DMCP

Dust Mapping & Control Plan

Dust: It consists of particles in the atmosphere that come from various sources such as solid particles from raw materials, soil dust lifted by weather / Wind flow, Flue Gases, vehicle movement etc. It is generally regarded as particulate matter up to 75 µm (micron) diameter and can be considered in two categories. Fine dust, essentially particles up to 10 µm, is commonly referred to as PM10. Coarser dust (essentially particles greater than 10 µm) is generally regarded as ‘nuisance dust’ and can be associated with annoyance.

PM10 is measured to agreed standards and forms part of National Air Quality Strategy (NAQS) objectives (AQO) and comprises what is defined as health risk dust. There are no official standards (such as AQO) for dust annoyance or 'nuisance dust'.

The expression ‘nuisance dust’ relates to the human perception of, or reaction to, some aspect of dust pollution, such as the long-term, chronic, soiling of surfaces or the visibility of acute, short-lived, dust clouds. In the absence of standards, ‘custom and practice’ criteria for assessing nuisance dust have been developed.

DUST LEVEL STANDARD

AUTHORITY MEASURED AS: 24 HR MEAN RELEVANCE
UK AIR QUALITY STANDARD 50 ΜG/M3 AIR QUALITY IN RELATION TO PUBLIC HEALTH
INDUSTRIAL 190.6 - 238.2 ΜG/M3

DUST SOURCES AND GENERATION

Although it is a widespread environmental phenomenon, dust is also generated through many human activities. This includes activities such as materials handling operations, vehicle and machinery movements at the sites of quarries and mines, heavy industry, waste and recycling, construction and demolition, power generation, agriculture (especially arable farming) docks, harbors and roads and railways.

Dust is generally produced by mechanical action on materials and is carried by moving air when there is sufficient energy in the airstream. More energy is required for dust to become airborne than for it to remain suspended. Dust is removed through gravitational settling (sedimentation), washout (for example during rainfall or by wetting) and by impaction on surfaces (e.g. on vegetative screening). Dust can be re-suspended where conditions allow, such as from bare ground.

DUST PROPAGATION

Dust propagation through air is influenced by many factors including particle size, wind energy and disturbance activities. Large dust particles generally travel shorter distances than small particles. It is often considered that particles greater than 30 µm will largely deposit within 100 meters of sources, those between 10 – 30 µm to travel up to 250 – 500 meters and particles less than 10 µm to travel as far as 1 km or more from sources. These distances may be exceeded.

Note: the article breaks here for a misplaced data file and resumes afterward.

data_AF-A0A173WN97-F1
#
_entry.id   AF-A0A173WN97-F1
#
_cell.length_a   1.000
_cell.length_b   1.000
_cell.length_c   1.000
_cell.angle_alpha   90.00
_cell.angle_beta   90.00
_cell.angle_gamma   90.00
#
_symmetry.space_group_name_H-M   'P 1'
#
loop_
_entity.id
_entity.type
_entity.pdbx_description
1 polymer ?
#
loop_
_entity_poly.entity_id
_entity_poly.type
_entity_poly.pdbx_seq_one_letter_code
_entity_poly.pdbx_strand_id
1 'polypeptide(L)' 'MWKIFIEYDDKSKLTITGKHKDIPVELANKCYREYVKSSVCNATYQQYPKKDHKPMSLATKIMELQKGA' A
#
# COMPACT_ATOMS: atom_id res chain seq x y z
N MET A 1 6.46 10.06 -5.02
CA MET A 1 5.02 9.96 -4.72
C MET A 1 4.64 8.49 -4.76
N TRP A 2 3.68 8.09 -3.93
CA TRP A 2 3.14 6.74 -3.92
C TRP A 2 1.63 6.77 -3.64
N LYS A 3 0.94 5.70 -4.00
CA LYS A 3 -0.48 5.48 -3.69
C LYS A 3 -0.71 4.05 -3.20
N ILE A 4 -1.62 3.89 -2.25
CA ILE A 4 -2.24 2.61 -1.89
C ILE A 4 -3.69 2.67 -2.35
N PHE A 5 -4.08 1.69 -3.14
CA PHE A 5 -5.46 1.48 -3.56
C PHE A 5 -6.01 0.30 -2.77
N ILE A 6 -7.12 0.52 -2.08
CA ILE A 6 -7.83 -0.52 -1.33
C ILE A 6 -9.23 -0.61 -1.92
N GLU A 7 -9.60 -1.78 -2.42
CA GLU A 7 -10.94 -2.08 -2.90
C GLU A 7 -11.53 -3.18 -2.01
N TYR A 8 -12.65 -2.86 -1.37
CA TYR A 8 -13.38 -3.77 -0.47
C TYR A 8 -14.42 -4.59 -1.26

DUST RECEPTORS

When propagated, dust travels on a pathway towards its final resting place which may arise from settlement, washout or impaction. This final location is the receptor; clearly certain locations are more important and sensitive than others. Table 7 of the National Planning Policy Framework (NPPF) Technical Guidance, identifies broad categories of high, medium and low dust sensitive facilities. The most sensitive receptors are hospitals and clinics, high-tech industries, painting and furnishing and food processing facilities.

DUST MAPPING

At a basic level dust data can be plotted as dust roses.

Arrelic DMCP packages are tailored to meet specific client requirements. Dust data can be integrated with spatial information such as site plans, where AAC%, EAC% and “Impact Risk” dust rose diagrams can be overlaid onto site plans or drawings. These diagrams are extremely useful when multiple gauges are installed in and around a site. Dust source directions and pathways can be identified and compared with baseline conditions and with conditions in different parts of the site, and resulting from different processes and process locations over time.

Data can also be plotted with respect to different dust properties such as element distribution and source apportionment based on appropriate chemical testing.

When meteorological data is available it becomes possible to review dust levels for different weather conditions over various periods. This information can then be used to assess the extent of changes in dust levels that may arise as a result of new or proposed industrial activities – hence its value in Environmental Assessments and on-going site management in critical areas.

Arrelic is committed towards promoting the use of monitoring equipment in dust and air pollution studies to validate theoretical modelling studies. Monitoring allows for actual levels of dust, or concentrations or proportions of specific pollutants, to be measured so that modelling predictions can be evaluated.

KEY BENEFITS OF DUST MAPPING & CONTROL PLAN

  • Direct financial benefits such as yield improvement of raw materials.
  • Availability, Reliability and Productivity improvement of plant assets.
  • Less forced deterioration impact on machine life.
  • Process stabilization for less dust generation.
  • Brand impact in socio economy life.
  • Employees health impact.

ARRELIC EXPERTISE IN DUST MAPPING & CONTROL PLAN

  • Expertise in dust control in Ferro-alloys, cement, steel and power plants.
  • Building a DMCP program that is most financial viable and long term sustainable.
  • Single point contact for building strategy to implementation for dust control.
  • Mapping the dust level across the plant with best in class sensors.
  • Over 20+ years of combined experienced in controlling dust.
  • Assured to reduce over 80% of dust level in 1 year.
  • Bringing the best practices from 16 industries and 5 continents

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